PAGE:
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1.25.08 Issue #307 Forward This Newsletter To A Colleague

Nancy Caudill
Senior Consultant
McKenzie Management
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Who is Carrying the Football?

Dr. Ronald Pace – Case Study #167

Dr. Pace’s practice concerns:

Dr. Pace was very anxious as he expressed his concerns regarding his team’s performance.  “I feel like no one is working except for me.  I am so tired by the end of the day and no one seems to care if we met our practice goals or not.”

Dr. Pace’s practice facts:

  • 5-year old practice in the same location
  • $70,000 a month in net collections
  • 15 new patients a month
  • 1 hygienist working 4 days a week
  • 2 business team members and 2 chairside assistants
  • Wages are at 21% of collections
  • No internal marketing


  • There is a practice goal for the day but not a specific goal for the doctor or the hygienist.  It is vital that the providers have their own goal so one doesn’t assume that the other is carrying the load.  It also makes it impossible for the Hygiene and Schedule Coordinator to schedule their providers to a goal when they don’t know the goal.
  • There are no morning or monthly meetings.  This means that there isn’t any communication going on in the office regarding how the practice is performing.
  • There are no job descriptions for the business team.  Both team members are running on auto-pilot and just “doing what needs to be done”.
  • Dr. Pace doesn’t feel comfortable discussing concerns with his team members. His temperament type is ISFJ so he avoids confronting his employees. They don’t know if he is pleased with their performance or not. It is difficult for him to implement new ideas or systems, even when he feels there is a better way of accomplishing a task.


  • The providers (doctor and hygienist) must have their own daily production goal.  Hygiene industry standard production needs to be 3x the hygienist’s salary. PPO reduced fees, low fees, openings in the schedule; poor hygiene treatment acceptance and not enough periodontal services can affect the ability of the hygienist to meet her daily goal.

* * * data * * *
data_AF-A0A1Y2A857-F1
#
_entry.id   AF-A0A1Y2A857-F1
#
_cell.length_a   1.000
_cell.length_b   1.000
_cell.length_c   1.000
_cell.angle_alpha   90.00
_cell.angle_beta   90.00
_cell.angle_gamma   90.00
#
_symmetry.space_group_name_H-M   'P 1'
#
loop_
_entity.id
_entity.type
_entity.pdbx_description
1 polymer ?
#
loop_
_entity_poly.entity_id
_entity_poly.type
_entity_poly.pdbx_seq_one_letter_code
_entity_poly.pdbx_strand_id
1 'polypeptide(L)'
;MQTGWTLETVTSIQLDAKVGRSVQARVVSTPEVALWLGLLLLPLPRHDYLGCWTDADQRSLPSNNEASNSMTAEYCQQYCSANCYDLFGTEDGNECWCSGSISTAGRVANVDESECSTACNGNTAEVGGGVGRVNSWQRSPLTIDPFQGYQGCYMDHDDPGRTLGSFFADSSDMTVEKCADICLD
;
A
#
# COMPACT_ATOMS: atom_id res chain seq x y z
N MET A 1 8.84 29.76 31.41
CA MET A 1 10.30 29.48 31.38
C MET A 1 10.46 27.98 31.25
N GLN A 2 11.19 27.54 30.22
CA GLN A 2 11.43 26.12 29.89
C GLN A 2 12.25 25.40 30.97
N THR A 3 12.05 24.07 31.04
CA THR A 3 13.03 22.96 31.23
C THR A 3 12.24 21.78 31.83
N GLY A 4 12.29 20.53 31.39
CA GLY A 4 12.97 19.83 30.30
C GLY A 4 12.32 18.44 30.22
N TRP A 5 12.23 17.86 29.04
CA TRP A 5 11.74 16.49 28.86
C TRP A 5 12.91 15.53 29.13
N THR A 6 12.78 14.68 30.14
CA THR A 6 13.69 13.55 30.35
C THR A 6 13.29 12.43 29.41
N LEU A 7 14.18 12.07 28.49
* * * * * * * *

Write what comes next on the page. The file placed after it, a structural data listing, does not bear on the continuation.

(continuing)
• Job descriptions are to be established for the business team.  Sue will be the Schedule Coordinator.  She will answer the phones, check the patients in and out and is responsible for scheduling doctor to goal.  Jane will be the Hygiene and Financial Coordinator, responsible for the recall system, scheduling hygiene to goal and the financial tasks of the practice.
  • Morning and monthly meetings must be put in place in order to get everyone “on board”.  It is necessary that all the team players know how the team is doing…are we winning or losing? 
  • Dr. Pace was encouraged to communicate with his team members.  Because he didn’t want to “hurt anyone’s feelings” he was jeopardizing the success of his practice and the cohesiveness of his team.  Employees need feedback, positive or negative.  The morning and monthly meetings are the perfect time for him to start “calling the plays” and communicating with his team regarding his concerns. An agenda was established for the meetings with an established format.


Dr. Pace was carrying the weight of the practice on his shoulders because he was unsure as to how to communicate his concerns. Systems were absent that would have allowed his team members to be accountable, and he had no “play board” for his practice with no roadmap for the journey.  By empowering him to become the “quarterback” of his team, call the plays and keep score, his employees became a viable part of the team and every day each player knew what the score was.

If you feel that you are the only player carrying the ball, contact McKenzie Management to learn how to develop systems to make your employees team players for a winning team!

If you would like more information on how McKenzie's Practice Enrichment Programs can help you IMPLEMENT proven strategies….. email

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